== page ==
Suryakumar Yadav has been one of the most exciting batsmen in the Indian domestic circuit and has captained the Mumbai limited overs side as well. His exploits in the IPL for Mumbai Indians and Kolkata Knight Riders are well documented.
However, people used to point fingers at Suryakumar, thanks to his habit of throwing his wicket after settling down. However, this domestic season, Suryakumar has scored 217 runs in eight games at average of 54.25, strike rate of 188.69 in the Syed Mushtaq Ali Trophy and 295 runs in six games at average of 59.00, with a strike rate of 111.74 in the Vijay Hazare league stages for Mumbai.
Suryakumar is definitely talented and with his new found consistency, has the ability to fulfill his goal of playing for India in near future. Talking to Times of India, Suryakumar said, “I’m still hungry to play for India, but, I’ve showed that hunger only in the last year or so. You can say: ‘Der aye, par durust aye. (Better late than never).”
“I analysed my game in limited-over formats before the start of this year’s edition of the Mushtaq Ali T20. I realised that there were very few games in which I’ve helped my team win a match. So, my focus was to correct that trend. I wanted to stay till the end for my and the team’s sake. I know that if I stay around, I have the strokes to help my team win,” he further said.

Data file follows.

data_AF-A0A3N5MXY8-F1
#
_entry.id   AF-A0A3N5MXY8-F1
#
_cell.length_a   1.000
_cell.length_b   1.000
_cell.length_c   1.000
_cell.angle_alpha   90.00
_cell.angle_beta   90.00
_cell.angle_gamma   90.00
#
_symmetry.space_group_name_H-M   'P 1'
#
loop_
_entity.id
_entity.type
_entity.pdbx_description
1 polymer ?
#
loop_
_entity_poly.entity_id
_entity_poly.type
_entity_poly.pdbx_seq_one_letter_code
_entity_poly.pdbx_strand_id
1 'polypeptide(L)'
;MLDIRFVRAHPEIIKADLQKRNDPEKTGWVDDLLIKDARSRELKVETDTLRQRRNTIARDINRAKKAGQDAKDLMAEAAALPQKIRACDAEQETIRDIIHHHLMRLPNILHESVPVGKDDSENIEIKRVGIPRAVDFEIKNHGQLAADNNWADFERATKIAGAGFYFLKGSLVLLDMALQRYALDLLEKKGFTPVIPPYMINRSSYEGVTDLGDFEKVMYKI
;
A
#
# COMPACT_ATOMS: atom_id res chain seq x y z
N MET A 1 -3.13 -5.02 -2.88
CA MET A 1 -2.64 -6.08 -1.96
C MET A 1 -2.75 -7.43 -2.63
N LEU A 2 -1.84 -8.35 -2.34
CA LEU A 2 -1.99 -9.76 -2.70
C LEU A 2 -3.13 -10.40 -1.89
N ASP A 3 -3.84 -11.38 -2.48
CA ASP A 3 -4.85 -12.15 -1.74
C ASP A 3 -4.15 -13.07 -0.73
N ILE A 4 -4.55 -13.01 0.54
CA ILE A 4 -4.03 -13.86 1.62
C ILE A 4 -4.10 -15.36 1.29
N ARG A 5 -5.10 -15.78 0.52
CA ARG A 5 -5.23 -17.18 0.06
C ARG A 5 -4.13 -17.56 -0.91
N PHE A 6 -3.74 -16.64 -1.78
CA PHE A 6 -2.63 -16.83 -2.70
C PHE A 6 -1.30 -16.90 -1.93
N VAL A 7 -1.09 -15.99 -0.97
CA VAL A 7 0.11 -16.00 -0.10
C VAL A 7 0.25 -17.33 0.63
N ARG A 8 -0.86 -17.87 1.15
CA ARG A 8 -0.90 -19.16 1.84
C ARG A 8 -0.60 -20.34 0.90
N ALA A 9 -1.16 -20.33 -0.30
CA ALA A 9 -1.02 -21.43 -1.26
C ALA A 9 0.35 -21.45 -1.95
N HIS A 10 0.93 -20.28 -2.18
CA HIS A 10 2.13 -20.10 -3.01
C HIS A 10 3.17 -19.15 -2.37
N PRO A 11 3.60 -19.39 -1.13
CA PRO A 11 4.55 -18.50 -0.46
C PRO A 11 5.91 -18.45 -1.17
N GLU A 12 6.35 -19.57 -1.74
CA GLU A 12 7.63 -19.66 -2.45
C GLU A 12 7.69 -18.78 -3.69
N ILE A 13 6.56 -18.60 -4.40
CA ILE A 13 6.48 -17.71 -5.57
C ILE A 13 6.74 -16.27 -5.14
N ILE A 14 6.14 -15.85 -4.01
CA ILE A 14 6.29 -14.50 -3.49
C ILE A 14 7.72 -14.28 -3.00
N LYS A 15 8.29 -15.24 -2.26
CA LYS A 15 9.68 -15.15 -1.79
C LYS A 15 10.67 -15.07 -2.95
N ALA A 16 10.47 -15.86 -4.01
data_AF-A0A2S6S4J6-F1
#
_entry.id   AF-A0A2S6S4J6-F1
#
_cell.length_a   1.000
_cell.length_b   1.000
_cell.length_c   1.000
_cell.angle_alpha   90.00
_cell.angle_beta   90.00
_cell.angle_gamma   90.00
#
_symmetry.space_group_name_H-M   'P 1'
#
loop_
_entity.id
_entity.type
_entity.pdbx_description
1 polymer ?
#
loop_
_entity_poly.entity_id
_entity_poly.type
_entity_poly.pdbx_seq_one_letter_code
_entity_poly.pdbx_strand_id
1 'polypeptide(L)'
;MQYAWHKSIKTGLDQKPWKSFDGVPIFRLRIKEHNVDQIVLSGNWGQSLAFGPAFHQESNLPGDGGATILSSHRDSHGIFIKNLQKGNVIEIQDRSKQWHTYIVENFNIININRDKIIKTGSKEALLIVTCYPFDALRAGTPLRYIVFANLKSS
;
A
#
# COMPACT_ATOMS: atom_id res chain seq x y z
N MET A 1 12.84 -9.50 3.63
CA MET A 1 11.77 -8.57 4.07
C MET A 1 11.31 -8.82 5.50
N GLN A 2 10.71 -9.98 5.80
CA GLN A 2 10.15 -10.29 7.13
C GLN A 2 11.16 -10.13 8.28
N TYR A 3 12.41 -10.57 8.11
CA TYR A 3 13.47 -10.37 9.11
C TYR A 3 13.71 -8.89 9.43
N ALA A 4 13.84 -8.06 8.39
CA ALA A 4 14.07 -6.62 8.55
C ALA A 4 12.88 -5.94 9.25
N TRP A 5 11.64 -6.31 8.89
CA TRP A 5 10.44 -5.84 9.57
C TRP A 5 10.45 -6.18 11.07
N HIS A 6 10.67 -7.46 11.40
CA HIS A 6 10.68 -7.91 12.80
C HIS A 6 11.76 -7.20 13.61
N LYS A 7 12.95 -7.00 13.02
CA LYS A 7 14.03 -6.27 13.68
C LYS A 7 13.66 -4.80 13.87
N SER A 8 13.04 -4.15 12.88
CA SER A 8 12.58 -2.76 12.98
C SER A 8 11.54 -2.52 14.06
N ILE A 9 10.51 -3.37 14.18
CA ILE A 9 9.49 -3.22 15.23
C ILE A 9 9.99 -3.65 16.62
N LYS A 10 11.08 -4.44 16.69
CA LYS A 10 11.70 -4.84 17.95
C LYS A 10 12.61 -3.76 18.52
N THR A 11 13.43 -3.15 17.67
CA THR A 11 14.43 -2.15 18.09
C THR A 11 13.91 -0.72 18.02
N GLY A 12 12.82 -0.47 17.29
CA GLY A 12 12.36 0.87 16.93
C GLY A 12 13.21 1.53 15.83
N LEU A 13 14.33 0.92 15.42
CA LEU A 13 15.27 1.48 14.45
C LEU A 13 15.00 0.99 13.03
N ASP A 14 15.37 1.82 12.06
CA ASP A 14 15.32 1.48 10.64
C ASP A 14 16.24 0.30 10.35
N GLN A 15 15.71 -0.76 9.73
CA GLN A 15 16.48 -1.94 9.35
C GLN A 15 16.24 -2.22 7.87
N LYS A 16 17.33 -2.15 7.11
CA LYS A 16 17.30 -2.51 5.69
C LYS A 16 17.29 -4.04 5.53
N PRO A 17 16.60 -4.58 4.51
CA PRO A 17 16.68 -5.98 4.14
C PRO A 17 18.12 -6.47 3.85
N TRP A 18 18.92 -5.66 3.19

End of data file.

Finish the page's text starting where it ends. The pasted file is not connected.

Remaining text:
Suryakumar credited the change in his game to modifications in his routine. “Rather than thinking about the results, I began to focus on the process. Obviously, my natural game is attacking, but the idea was to curtail risky shots and try to stay till the end. I practised in the nets accordingly,” he observed.
He insisted that meditation has helped him as well, “I’ve started meditating since the last three-four months. It’s one of the reasons which has helped me do well. I’ve started thinking about the game more in the last six months, knowing my strengths and weaknesses.”
Suryakumar said about his role as preparation as a finisher, “I’m trying to bat in the same way in which I’d bat in a game. I try to bat till the point I’m really tired, so that it prepares me for a situation wherein I’m batting in the last three-four overs after being there in the middle for a long time.”
Talking about his failure to build upon his initial success, Surya said, “I wasn’t thinking or analysing too much. I needed to work much harder in the nets to stay one step ahead of the game, but I didn’t do it. Slowly, I’ve realised in the last couple of years that I lacked something.”
Suryakumar has also battled behavioral issues in the past, but said, “I thought of getting over this thing completely before this season. There’ve been a few things, but at the end of the day, the Mumbai Cricket Association (MCA) is my home, which has helped me come up in life, and helped me in my younger days.”